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Opening Up the Economy: Containing the Spread of the Corona Virus in Public Spaces

Opening Up the Economy: Containing the Spread of the Corona Virus in Public Spaces

The nature of the Corona Virus has most of the scientific community bewildered. It gives flashbacks to The Contagion. But technology and scientific progress have come a long way since the movie was released. As of today, in a span of just 6 months, a lot of research has been done, and new methodologies for testing, measuring and disinfecting have been developed, all of which, when deployed sensibly, can help save multiple lives.

Public spaces end up being the hotspot of infections, just because of the high volume of people there (when there are no lock-downs), and the big number of floating population. So if we were to measure the Corona Virus in PPM (parts per million), similar to other air pollutants, we could say that the PPM concentration of the virus in the air is higher in public spaces.

This is a fair comparison and way to look at the virus, since many studies [1, 2, 3, 4, 5] have already asserted that the virus is airborne, and that even normal breathing can release a considerable quantity of the virus load into the atmosphere in the form of aerosols of varying sizes. These suspended droplets can travel much further than 6 feet, which means that the virus spread is not contained in the place where an infected person is. With a high number of people in any space, the combined effect of multiple infected people could be that the entire enclosed space has a high concentration of the virus aerosols.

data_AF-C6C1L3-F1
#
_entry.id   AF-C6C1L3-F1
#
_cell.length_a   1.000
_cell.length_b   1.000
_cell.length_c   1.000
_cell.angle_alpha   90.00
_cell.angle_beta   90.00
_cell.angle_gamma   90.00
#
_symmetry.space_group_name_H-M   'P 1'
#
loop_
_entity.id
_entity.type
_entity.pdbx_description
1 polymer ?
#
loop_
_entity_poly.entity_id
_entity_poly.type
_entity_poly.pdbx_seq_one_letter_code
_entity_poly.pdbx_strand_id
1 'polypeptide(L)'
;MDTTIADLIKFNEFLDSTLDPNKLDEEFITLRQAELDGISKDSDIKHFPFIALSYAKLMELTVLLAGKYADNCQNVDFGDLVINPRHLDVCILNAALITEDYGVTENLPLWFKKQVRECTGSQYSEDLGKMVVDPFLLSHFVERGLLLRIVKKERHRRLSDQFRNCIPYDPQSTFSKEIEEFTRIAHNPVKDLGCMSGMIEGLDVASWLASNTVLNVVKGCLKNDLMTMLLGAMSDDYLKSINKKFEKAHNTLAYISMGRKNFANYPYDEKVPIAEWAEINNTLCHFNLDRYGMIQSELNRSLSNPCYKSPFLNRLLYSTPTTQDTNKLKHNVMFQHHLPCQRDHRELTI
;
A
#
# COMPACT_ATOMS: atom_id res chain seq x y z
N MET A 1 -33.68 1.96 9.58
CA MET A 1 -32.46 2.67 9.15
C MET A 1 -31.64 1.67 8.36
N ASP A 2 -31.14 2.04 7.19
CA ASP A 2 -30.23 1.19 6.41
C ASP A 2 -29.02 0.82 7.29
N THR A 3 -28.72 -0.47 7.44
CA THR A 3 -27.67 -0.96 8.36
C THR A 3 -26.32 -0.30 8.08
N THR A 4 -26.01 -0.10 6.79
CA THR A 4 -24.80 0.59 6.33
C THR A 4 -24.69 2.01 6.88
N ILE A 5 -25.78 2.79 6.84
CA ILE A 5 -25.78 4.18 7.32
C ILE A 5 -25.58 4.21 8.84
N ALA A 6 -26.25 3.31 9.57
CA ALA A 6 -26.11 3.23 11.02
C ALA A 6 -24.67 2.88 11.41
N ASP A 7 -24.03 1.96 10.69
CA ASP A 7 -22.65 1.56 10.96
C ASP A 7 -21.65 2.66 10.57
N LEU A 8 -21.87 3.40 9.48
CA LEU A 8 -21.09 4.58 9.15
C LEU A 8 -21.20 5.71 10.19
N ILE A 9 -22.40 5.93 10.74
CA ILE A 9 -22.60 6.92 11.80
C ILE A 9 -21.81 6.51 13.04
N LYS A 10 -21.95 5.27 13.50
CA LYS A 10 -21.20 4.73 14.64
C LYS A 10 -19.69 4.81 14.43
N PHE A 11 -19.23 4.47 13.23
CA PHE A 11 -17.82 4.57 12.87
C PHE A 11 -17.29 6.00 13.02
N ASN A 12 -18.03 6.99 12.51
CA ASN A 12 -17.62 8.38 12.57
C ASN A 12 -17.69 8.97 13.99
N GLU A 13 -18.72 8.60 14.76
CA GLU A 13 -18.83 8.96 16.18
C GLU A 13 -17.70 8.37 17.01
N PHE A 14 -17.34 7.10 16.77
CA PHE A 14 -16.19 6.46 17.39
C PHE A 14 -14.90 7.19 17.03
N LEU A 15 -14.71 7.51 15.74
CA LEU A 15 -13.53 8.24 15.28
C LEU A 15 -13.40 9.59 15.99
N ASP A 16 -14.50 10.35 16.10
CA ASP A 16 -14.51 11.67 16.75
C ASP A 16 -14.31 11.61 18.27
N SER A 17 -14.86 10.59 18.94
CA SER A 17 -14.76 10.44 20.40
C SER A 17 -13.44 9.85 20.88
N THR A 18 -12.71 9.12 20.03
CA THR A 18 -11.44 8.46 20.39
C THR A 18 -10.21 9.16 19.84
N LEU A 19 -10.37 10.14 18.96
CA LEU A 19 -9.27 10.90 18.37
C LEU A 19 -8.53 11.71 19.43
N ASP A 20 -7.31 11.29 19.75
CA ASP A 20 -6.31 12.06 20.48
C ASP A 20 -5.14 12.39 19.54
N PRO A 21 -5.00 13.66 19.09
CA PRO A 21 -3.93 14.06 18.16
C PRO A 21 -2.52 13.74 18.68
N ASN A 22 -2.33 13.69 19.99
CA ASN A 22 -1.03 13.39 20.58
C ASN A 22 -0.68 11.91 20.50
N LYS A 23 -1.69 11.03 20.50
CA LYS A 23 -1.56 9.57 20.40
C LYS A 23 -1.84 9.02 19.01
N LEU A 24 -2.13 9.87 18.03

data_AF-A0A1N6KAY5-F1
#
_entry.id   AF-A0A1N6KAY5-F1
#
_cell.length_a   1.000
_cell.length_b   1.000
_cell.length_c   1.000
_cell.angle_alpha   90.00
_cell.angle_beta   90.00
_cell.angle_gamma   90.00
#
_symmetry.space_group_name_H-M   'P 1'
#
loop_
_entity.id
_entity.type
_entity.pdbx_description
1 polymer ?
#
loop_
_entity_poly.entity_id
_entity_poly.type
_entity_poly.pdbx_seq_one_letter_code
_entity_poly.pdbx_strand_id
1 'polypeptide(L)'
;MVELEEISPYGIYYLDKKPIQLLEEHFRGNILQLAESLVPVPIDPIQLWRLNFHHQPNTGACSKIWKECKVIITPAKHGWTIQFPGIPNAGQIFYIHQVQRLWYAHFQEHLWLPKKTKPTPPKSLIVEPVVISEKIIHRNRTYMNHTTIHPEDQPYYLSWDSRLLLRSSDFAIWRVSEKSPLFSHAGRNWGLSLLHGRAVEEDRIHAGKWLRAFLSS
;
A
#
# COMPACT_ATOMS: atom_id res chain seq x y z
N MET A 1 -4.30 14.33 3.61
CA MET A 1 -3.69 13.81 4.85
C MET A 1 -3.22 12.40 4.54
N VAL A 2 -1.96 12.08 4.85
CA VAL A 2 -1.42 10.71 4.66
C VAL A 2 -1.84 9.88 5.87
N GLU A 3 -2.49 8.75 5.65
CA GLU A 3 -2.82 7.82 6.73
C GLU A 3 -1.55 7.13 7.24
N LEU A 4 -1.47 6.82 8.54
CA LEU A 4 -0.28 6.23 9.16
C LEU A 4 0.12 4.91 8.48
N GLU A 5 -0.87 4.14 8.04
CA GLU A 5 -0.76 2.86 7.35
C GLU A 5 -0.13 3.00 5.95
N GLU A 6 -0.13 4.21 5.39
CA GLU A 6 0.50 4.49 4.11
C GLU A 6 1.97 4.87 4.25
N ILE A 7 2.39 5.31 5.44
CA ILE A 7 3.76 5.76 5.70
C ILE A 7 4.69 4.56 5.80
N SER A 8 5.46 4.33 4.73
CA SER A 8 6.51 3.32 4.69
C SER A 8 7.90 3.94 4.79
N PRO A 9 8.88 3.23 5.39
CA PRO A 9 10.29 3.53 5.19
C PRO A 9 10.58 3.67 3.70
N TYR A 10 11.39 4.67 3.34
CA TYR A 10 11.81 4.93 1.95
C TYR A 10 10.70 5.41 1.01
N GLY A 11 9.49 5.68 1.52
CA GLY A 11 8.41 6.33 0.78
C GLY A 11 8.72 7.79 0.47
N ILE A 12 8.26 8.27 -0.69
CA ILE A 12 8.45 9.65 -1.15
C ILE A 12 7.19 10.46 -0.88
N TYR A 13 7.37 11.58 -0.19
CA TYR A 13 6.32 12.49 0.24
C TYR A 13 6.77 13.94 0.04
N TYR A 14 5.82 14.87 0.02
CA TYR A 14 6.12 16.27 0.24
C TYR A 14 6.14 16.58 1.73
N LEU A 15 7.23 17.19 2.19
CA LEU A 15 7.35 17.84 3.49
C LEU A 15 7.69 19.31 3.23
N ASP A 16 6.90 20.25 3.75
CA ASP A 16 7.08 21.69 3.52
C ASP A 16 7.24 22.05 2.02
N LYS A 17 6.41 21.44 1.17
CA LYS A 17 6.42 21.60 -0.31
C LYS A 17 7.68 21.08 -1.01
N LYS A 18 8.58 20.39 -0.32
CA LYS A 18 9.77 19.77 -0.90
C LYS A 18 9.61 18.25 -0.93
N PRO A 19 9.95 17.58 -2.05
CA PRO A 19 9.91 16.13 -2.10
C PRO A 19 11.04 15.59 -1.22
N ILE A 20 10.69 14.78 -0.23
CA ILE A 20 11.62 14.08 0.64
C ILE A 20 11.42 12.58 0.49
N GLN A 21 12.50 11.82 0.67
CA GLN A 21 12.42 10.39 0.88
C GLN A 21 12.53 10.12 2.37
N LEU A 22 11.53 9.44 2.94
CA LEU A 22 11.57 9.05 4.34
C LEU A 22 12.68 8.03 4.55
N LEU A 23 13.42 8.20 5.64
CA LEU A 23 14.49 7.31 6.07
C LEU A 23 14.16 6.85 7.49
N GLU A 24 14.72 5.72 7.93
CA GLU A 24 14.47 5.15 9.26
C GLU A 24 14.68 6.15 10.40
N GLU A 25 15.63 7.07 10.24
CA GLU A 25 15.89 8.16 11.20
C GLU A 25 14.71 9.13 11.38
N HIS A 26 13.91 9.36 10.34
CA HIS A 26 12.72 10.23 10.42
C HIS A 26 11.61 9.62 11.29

Considering this nature of the spread of the virus, a few new innovations can help drastically contain the spread of the virus and test people who could be potentially infected. To open up the economy, it is important to adopt measures that proactively contain the spread of the virus. Failing this, the economy can go into a downward spiral. If people have fear of infection, they will not go out. If they don’t go out, businesses can’t run, people can’t work, economy goes down.

Instant Testing of the Virus

The Israeli “Breathalyzer” could be the answer to more testing, instant testing, and more accurate testing all rolled into one. Instead of the usual methods, they use the nano size of corona virus aerosols to measure the presence of the virus in someone’s breath using spectroscopy. The test contraption tests the sample for frequency of vibration, which is known to be in the terahertz spectral range of for the corona virus. The virus aerosol behaves as a nano particle, with size between 100-140 nm. This makes it detectable using knowledge from spectroscopy.

The test is instantaneous and has 90% accuracy rate, which is way higher than the swab tests and antibody tests. The other up side is that if there are too many swabs to be tested, the samples get old before they can be tested, and the virus is no longer properly detectable through the swab. Antibodies take time to manifest in a person who has the infection, and hence can give false negatives for those who are asymptotic and haven’t developed antibodies against the virus yet.